BBFC consultation: a look at responses

Mon. 14 May 2018

Those who like to keep informed on what is happening in the world of BDSM also need to pay attention to the political world. It may be unfortunate that this is the case, but it is the reality. The latest serious case-in-point is the impending introduction of age verification (AV) for an as-yet-unspecified range of Web sites. The new, government-appointed regulator, the British Board of Film Classification (BBFC), recently concluded a “public consultation” on AV, and the first roundups of the results are beginning to appear.

I’ve mentioned a few times previously two major campaigners fighting the good fight, Myles Jackman and Pandora Blake. Last week, as part of the afore-mentioned early roundups of the BBFC consultation, they were among the interviewees for an article by The Register, a mildly satirical technology and science news site. Among the many concerns they and other commentators expressed in the article was the uncertainty surrounding AV service providers’ undoubted ability and unknown intentions regarding the tracking of users.

There is even the (well-founded) suggestion that AV providers are likely to track users, which would compound the consequences of a catastrophic data breach. Tracking will probably occur in the guise of providing ease of use and convenience for an estimated 20 million (or more) UK citizens who choose to create an age-verified login to access adult Web sites. Myles and Pandora are quoted in the article as saying such ease of use and convenience of login, especially across different sites, can “only be achieved if the AV provider keeps records about which websites have been visited by which verified individuals”. That much should be obvious to anyone who knows anything at all about the way online service providers work, but apparently it isn’t to those responsible for AV policy; either that, or they simply don’t care. (We may speculate as to why they don’t care: Incompetence? Assuming the role of a moralistic and vengeful god?)

On the topic of Web sites targetted for compulsory AV, Pandora and Myles put forward an eminently and inherently sensible recommendation: “that the regulation be changed to set a minimum number of visitors per day, or a minimum turnover a year, below which sites don’t have to comply”. The bigger, more commercial and more popular sites are much better equipped and resourced to deal with the burden of AV – thus this proposal would put the AV burden where it belongs and wouldn’t subject small, independent, niche and minority-interest sites, and non-commercial sites to an existential threat (as long as they complied with the “extreme-porn” law, the targetted content of which has been illegal since 2009). This should in fact dovetail very well with the BBFC’s latest stated aims of a “proportionate approach” targeting only the most popular sites and those sites “most frequently visited” by children – although the BBFC’s ability to determine its “proportionate approach” have also essentially been debunked.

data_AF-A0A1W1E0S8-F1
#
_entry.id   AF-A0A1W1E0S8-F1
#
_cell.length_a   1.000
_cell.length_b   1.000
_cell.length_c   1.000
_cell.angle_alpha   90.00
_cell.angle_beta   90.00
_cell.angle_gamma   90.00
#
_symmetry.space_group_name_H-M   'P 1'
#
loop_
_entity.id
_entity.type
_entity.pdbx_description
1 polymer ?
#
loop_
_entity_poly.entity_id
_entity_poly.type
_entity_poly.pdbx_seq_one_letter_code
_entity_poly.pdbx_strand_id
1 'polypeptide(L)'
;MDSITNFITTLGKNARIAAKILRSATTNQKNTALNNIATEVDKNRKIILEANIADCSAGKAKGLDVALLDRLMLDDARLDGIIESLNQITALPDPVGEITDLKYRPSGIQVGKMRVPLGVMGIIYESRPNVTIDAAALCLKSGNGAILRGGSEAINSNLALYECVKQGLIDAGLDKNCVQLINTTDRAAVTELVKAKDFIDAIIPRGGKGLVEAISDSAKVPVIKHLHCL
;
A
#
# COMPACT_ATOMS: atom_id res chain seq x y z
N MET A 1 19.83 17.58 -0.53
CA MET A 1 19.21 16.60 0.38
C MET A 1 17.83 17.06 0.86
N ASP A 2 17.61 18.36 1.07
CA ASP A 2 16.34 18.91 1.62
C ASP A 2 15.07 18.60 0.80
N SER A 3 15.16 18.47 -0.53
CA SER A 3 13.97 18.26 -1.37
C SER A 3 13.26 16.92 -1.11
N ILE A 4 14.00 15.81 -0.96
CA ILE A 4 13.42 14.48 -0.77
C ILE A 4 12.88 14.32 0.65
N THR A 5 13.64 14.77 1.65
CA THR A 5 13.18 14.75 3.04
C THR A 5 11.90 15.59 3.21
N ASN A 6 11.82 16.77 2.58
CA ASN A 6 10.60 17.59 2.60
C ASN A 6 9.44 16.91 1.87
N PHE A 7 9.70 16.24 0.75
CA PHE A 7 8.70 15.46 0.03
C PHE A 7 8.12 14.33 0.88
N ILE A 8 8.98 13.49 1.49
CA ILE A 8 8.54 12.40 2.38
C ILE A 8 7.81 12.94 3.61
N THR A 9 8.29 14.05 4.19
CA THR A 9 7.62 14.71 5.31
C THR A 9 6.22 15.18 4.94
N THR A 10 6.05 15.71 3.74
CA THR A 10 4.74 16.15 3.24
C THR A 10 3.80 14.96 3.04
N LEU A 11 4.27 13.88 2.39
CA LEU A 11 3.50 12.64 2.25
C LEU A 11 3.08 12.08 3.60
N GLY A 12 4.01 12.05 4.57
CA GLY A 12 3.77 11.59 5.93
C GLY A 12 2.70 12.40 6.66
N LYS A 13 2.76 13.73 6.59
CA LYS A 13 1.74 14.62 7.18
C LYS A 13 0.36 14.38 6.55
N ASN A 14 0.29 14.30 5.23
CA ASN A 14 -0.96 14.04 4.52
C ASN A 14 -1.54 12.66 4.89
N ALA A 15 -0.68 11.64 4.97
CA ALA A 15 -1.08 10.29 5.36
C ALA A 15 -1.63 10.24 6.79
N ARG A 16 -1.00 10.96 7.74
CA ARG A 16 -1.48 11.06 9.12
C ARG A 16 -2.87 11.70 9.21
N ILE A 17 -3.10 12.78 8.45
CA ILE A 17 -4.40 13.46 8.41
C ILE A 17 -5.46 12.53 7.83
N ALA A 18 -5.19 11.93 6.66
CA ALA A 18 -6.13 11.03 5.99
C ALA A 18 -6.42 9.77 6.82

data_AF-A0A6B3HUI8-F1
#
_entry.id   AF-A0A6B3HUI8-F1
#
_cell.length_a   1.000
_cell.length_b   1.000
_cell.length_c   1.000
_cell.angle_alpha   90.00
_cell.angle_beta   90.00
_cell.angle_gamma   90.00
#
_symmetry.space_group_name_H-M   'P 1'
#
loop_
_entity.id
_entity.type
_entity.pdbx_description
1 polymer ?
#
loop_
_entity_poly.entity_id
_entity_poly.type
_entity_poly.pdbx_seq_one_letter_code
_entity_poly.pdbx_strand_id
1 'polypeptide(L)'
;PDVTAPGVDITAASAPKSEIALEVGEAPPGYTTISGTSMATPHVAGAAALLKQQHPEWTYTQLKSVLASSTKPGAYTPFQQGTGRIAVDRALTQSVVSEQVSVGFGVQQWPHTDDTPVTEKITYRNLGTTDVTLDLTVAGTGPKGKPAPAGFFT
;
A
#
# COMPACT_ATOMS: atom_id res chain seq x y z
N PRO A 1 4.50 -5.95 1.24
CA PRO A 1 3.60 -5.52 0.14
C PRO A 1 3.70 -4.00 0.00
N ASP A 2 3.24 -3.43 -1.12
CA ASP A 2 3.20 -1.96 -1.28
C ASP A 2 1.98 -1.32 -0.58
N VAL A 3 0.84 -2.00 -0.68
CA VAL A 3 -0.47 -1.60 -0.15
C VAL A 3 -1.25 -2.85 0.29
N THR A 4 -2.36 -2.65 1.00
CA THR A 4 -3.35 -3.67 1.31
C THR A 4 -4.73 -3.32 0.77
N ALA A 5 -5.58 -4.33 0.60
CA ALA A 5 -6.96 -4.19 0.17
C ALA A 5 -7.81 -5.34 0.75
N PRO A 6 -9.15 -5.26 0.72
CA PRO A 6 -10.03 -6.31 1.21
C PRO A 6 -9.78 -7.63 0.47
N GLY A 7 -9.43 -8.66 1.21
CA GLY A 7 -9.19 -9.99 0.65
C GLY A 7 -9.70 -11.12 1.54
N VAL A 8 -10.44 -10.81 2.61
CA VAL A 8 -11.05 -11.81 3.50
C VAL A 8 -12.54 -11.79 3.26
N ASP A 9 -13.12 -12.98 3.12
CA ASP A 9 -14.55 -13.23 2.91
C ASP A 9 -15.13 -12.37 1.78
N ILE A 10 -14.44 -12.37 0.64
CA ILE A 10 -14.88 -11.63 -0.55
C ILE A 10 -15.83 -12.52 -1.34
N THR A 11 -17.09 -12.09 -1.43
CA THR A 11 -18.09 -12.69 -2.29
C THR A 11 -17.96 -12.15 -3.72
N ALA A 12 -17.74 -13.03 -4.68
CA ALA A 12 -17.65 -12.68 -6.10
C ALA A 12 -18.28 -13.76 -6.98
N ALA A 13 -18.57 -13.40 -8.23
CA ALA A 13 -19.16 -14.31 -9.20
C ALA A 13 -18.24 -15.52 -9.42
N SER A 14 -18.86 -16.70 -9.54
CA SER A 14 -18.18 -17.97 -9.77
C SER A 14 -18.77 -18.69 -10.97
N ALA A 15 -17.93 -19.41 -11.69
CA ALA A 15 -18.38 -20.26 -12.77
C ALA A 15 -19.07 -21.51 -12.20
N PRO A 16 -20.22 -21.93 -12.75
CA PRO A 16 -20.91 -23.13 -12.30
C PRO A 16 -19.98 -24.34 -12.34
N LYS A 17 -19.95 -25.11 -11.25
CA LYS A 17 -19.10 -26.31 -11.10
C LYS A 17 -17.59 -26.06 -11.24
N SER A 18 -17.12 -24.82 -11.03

The Register article finishes with an applaudable flourish of unabashed reality: the BBFC’s currently proposed AV regime is “an insufficient guidance for a fundamentally flawed regulation”. Hear hear!

In another post-consultation summary, The Open Rights Group (ORG) has offered a more technical round-up of the inadequacies and risks inherent in the proposed AV regime. ORG did not mince it’s words; here is their opening sentence: “We asked the BBFC to tell government that the legislation is not fit for purpose, and that they should halt the scheme until privacy regulation is in place”. ORG went on to outline 22 risks from AV technologies, a number of which are “overlapping”. One result of “...when it goes wrong” will be that “blame will lie squarely at the government’s door”.

Yes, well, the consensus appears to be that AV as currently proposed will, if implemented, be a disaster waiting to happen: that sooner or later there will be a catastrophic data breach or industrial-scale fraud victimising AV users (or both). As I’ve written before, it’s not looking good.

The Register article is: UK age-checking smut overlord won’t be able to handle the pressure – critics.

The ORG summary is: The government is acting negligently on privacy and porn AV.

Now, I’ve written about UK internet censorship and related issues previously. A good place to start could be with my two most recent items on the subject, After the BBFC age-verification consultation, here is Backlash’s response, and Unrealistic expectations and the delay in implementing age verification. Or you could go back to the beginning, to when I started commenting on what was happening; this item of mine has links to all my subsequent ones: ‘Extreme porn’ and internet censorship.

Mistress Geo